Insulation and Ventilation: Soundproofing a Room

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Noise pollution comes in two forms—airborne and impact—and soundproofing products are often classified by the type of noise they affect. Airborne sound can be created by televisions, stereos, or speech. Impact noise travels as vibrations through solid materials, and includes footsteps or furniture being moved. Soundproofing a floor is easier than soundproofing a ceiling, but if you live in an apartment you may not have a choice. Most soundproofing efforts are done to block-out sound, whereas in many renovations and newer houses, great effort is taken to soundproof theatre rooms to create an enhanced “theatre-like” experience.

Soundproofing a Floor

Combining acoustic underlayment with acoustic mats beneath a floor reduces the effects of both airborne and impact noise. If the problem is solely impact noise, underlayment alone may suffice. Remove the coverings to reveal the floor (see Flooring). If the floor is to be carpeted, leave the baseboard in place and proceed as shown below. For other floorings (see image), remove the baseboard molding and lay out the acoustic underlayment, butting the lengths up against one another and allowing them to lap a short distance up the wall. Tape all joints, and then lay acoustic mat, ensuring that any seams do not coincide with the joins of the underlayment. Lay a floating tongue-and-groove chipboard floor over the top, and trim the edges of the underlayment. You may then install further floor coverings, such as laminated flooring.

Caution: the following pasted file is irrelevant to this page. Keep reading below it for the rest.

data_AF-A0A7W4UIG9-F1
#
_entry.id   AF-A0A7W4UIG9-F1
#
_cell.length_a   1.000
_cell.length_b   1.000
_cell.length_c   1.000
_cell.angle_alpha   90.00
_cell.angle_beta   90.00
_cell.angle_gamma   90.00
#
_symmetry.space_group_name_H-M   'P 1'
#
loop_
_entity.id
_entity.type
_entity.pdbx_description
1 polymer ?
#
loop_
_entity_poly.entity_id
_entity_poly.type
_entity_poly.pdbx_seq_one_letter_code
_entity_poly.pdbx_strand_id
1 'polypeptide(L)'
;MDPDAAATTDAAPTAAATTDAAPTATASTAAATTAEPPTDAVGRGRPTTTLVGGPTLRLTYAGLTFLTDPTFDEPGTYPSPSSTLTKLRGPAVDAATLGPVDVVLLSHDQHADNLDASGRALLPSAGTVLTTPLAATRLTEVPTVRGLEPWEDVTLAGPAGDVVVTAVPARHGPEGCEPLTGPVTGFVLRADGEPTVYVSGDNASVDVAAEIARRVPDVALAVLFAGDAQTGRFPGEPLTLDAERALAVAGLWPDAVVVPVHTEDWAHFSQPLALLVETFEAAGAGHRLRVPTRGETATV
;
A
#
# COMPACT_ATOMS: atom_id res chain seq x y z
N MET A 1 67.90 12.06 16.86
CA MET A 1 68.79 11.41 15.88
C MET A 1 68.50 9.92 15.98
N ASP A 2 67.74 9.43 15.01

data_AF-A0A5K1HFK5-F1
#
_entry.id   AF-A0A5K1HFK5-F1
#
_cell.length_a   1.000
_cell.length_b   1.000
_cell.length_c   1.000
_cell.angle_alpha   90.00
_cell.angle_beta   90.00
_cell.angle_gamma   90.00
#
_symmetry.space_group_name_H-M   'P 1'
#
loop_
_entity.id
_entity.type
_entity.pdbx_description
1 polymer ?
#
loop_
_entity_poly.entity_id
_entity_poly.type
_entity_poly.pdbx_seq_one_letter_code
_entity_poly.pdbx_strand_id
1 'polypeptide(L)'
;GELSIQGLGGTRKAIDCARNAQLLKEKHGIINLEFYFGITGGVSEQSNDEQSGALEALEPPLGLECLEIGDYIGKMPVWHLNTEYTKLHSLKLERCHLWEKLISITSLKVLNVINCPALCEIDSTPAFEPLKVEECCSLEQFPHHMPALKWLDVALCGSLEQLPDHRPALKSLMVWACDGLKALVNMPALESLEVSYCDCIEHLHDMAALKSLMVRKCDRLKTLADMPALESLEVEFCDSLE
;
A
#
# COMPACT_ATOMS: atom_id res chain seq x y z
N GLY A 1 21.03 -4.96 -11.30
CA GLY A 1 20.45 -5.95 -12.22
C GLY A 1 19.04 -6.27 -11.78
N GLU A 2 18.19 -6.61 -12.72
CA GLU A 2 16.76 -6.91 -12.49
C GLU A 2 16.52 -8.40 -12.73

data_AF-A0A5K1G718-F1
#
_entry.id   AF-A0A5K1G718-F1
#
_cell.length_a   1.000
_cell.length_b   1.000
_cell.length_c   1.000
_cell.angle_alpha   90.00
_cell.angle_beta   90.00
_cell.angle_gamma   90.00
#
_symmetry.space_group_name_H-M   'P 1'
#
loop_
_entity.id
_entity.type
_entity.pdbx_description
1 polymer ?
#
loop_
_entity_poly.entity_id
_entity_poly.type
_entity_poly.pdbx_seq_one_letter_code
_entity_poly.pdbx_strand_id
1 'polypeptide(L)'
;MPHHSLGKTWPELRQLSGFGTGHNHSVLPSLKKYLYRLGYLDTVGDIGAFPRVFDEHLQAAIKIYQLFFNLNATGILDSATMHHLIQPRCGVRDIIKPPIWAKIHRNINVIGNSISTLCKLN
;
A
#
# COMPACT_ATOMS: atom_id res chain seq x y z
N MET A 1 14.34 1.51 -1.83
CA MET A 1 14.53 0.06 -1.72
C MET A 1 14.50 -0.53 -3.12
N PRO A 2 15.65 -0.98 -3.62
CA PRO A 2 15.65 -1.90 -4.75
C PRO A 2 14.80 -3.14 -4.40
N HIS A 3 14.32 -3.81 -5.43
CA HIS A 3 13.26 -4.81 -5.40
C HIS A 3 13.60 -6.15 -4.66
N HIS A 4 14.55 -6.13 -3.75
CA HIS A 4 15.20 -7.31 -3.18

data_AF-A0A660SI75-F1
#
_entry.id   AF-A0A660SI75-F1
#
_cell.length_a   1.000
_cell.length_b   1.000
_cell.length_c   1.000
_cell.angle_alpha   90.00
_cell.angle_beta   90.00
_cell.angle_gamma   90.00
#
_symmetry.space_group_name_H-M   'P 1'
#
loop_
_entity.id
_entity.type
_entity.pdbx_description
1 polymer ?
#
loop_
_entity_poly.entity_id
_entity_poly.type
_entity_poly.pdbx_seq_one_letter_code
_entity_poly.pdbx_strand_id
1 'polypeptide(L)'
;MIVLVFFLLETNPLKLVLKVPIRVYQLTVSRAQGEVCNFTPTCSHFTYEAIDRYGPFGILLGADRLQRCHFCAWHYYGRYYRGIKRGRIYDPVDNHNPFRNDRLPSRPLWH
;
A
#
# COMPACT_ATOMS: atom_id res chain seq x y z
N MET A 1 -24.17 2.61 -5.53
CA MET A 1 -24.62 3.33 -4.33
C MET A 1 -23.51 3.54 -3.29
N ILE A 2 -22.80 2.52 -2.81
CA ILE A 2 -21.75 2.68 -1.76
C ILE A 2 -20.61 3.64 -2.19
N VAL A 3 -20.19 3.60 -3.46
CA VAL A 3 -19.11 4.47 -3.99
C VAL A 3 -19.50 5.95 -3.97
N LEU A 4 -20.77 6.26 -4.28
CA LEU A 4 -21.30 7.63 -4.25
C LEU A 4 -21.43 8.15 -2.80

Laminate flooring underlayment; Acoustic underlayment lapping up walls; Laminate flooring; Molding; Floating tongue-and-groove chipboard floor; Acoustic mat; Joists; Floorboards right: Soundproofing hard floors: A combination of acoustic underlayment with acoustic mats and chipboard sheets is a very straightforward option for effective soundproofing. Here it is installed below a floating chipboard floor, over which underlayment and laminate flooring are laid.
Using furring strips : Where you have furring strips at intervals across a floor, you can slot insulation panels between them.
right: Soundproofing carpeted floors: When soundproofing floors that are to be carpeted, first install furring strips around the room’s perimeter, then lay acoustic mats and underlayment between, and butting up against, the furring strips. Attach tackless stripping to the furring strips and lay the carpet.

Flooring materials and soundproofing

As soundproofing involves the building up of materials, thick floor coverings are more soundproof. For example, cushioned vinyl is more effective than regular vinyl. You can lay sheet vinyl over a soundproofed chipboard floor and attach it with double-sided adhesive tape. Similarly, high-quality burlap-backed carpets will prevent sound travel better than cheaper foam-backed carpets.

Do not add flanking strips to a carpeted floor. The fact that the carpet stretches across the tackless stripping and makes contact with the baseboard should provide protection enough against flanking noise.

Doors and Windows

  • Double glazing windows or glass doors improves sound insulation, as well as thermal insulation.
  • If noise from outside is a major problem, consider triple glazing.
  • Weatherstripping added around doors and windows will insulate them against sound as well as heat loss.

Reducing Sound Travel